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Sarpatta Parampara Review: Engaging But Lengthy

Sarpatta Parampara Review: Engaging But Lengthy

Movie: Sarpatta Parambarai/ Sarpatta Parampara 
Rating: 3/5
Neelam Productions
Cast: Arya, Dushara Vijayan, Pasupathy, John Vijay, and others
Music: Santhosh Narayanan
Cinematography: Murali G
Editor: Selva RK
Producer: Shanmugam Dhakshanraj
Written and Direction: Pa Ranjith
Release Date: July 22, 2021
Streaming on: Amazon Prime Video

Known for Rajinikanth movies “Kaala” and “Kabali”, director Pa Ranjith has switched gears to make a sports drama with Arya.

The film is titled “Sarpatta Parambarai”, which is currently streaming on Amazon Prime Video. The Telugu dubbed version is also available. Read to know more about this film. 

Set in the 1970s in North Madras, it is a boxing drama.

Samara (Arya) lives in North Madras and works as a porter. But his heart beats for boxing matches. His mother makes sure that he stays away from putting on boxing gloves as her husband died in this sport. He fixes his wedding with a local girl (Dushara Vijayan) so that he can settle in life properly.

The local boxing guru Ranga (Pasupathy) of the Sarpatta clan is humiliated by the Idiyappa clan. Ranga takes the challenge from this rival clan to prepare a boxer to fight with Vettapuli, the star boxer from the Idiyappa. Things somehow turn Samara to take up the gloves. He has never been entered in a ring of the boxing competitions before.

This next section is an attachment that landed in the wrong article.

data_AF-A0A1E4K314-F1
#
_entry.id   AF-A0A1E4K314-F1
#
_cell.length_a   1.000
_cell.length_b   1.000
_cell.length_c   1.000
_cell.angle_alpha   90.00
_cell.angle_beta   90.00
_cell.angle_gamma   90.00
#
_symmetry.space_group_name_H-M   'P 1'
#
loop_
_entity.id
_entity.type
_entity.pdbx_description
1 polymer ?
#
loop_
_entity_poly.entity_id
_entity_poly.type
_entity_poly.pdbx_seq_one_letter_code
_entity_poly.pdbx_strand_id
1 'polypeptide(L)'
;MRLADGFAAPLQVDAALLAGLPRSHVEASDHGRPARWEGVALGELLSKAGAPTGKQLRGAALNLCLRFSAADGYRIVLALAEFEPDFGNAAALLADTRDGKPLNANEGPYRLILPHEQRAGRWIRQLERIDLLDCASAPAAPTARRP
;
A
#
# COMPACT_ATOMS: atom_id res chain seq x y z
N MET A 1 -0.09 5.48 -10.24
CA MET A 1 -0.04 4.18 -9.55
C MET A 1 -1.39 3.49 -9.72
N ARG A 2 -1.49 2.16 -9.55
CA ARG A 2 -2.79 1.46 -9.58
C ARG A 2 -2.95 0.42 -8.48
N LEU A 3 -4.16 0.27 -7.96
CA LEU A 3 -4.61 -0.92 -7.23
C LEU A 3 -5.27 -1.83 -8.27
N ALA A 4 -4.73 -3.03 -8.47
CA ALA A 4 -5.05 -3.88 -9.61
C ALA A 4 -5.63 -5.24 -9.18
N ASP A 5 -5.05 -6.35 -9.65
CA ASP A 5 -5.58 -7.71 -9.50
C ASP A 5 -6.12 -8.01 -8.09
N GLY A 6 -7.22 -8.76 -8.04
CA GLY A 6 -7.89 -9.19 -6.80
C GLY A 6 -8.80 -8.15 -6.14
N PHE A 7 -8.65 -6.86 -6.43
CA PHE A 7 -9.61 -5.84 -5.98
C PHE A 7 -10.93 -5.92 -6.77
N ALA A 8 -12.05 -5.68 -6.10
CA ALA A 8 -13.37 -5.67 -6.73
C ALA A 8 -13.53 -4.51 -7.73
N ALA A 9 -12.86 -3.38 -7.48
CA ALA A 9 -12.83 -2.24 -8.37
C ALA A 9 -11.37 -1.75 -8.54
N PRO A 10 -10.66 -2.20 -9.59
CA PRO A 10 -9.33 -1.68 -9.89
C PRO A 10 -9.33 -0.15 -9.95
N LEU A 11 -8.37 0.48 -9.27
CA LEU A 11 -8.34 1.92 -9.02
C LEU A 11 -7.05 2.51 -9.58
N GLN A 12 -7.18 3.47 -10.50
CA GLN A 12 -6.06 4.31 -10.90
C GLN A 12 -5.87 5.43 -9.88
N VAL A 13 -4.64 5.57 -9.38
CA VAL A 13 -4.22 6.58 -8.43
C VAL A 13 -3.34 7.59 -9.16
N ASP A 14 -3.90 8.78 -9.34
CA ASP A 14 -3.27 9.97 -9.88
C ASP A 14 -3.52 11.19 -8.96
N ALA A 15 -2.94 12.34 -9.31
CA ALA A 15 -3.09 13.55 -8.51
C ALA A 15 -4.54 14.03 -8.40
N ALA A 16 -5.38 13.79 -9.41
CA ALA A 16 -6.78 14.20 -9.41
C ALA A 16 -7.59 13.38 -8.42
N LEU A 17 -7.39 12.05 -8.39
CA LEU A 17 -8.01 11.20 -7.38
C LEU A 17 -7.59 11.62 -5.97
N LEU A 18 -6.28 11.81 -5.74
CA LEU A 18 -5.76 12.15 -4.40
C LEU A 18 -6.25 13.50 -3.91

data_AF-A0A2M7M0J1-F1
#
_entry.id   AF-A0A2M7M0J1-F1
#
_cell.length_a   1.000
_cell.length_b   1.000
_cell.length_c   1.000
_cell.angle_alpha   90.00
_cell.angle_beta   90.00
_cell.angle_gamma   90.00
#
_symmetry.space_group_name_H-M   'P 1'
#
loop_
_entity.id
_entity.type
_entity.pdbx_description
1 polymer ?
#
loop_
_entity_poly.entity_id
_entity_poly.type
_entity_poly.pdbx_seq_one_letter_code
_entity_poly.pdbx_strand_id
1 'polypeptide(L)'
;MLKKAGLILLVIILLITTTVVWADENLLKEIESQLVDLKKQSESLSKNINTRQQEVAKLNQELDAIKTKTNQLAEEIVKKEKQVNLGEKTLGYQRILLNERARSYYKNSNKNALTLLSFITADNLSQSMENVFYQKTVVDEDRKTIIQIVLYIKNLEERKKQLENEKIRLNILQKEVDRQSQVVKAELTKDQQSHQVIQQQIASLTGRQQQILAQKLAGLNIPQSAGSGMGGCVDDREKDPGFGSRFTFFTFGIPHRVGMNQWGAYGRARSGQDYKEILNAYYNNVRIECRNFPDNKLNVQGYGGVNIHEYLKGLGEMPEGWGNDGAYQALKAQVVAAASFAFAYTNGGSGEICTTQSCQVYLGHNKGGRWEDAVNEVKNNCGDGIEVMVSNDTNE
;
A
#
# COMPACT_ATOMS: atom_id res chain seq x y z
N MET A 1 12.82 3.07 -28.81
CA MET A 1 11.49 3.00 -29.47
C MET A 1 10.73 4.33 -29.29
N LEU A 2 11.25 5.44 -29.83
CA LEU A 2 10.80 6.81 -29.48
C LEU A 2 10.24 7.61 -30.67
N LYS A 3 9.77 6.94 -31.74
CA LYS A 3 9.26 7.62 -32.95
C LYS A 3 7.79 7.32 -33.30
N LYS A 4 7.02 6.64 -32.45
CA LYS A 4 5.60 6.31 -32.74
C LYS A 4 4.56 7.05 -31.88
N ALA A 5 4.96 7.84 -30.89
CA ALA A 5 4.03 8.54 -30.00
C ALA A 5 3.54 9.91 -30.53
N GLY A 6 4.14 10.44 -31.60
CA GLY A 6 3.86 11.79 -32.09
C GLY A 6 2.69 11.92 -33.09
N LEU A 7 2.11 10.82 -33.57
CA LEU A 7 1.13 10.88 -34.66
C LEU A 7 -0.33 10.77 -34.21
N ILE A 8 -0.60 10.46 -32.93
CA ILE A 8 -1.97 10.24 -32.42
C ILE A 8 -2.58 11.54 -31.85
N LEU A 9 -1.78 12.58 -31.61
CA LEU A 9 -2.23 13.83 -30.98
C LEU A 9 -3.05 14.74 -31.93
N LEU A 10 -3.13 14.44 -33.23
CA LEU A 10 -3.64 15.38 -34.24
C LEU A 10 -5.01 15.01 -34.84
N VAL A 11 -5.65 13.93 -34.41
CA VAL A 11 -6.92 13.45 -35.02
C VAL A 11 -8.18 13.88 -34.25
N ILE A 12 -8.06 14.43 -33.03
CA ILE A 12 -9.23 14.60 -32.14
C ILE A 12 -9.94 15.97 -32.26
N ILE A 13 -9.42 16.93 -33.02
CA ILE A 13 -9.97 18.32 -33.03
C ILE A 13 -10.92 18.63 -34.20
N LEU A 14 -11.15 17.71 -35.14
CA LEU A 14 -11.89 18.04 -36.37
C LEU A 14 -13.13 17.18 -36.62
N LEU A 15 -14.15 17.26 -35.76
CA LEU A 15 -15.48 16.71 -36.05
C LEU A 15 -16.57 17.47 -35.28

Can he beat the mighty Vettapuli and restore the pride of the Sarpatta clan?

Without a doubt, it is Arya’s best performance. He has that physicality required for a boxer. He has also settled in the role quietly.

The film offers some fine performances from Pasupathy as Ranga, John Vijay an English speaking ‘Daddy’, and Shabbeer as Dancing Rose.

In all of Pa Ranjith's films, women get strong characters. In this film, Dushara Vijayan as Arya’s wife and Anupama as Arya’s mother leave a strong impression. 

Cinematographer Murali captures the sequences inside the ring quite brilliantly. Music is appropriate. The film is lengthy and it needed a lot of trimming in the middle portion. 

“Sarpatta Parampara” begins as a regular sports drama with the arc of an underdog story. But what sets this film from other sports dramas is Pa Ranjith packaging it with the local milieu of 1970s North Madras. 

There seemed to be a tradition of boxing matches in North Madras in those days exist. And there were said to be clans fighting with each other with so much pride. It is a unique culture that we are not much aware of. 

This milieu and the political developments of that period (The emergency imposed by then Prime Minister Indira Gandhi) have brought a different outlook to the regular sports drama of an underdog. 

Straightaway, Pa Ranjith takes us into these matches that are loud and brim with boisterous commentary. The scene involving Dancing Rose and Arya is a treat to watch. The film works when the drama moves inside of the boxing ring. 

The film is lengthy, running nearly three hours. The first hour is quite engaging - racy, pulsating. But after that, it runs into a clichéd mode of family drama and begins to slip. This episode involving Arya and his wife is stretched beyond a point, and those scenes are not engaging enough for a non-Tamil audience. The editing should have been crispier. 

Thankfully, it bounces back to provide a knockout blow in the final moments. 

On the whole, “Sarpatta Parampara/ Sarpatta Parambarai is an engaging sports drama with terrific performances from Arya and Pasupathy.

Bottomline: Watch it for performances


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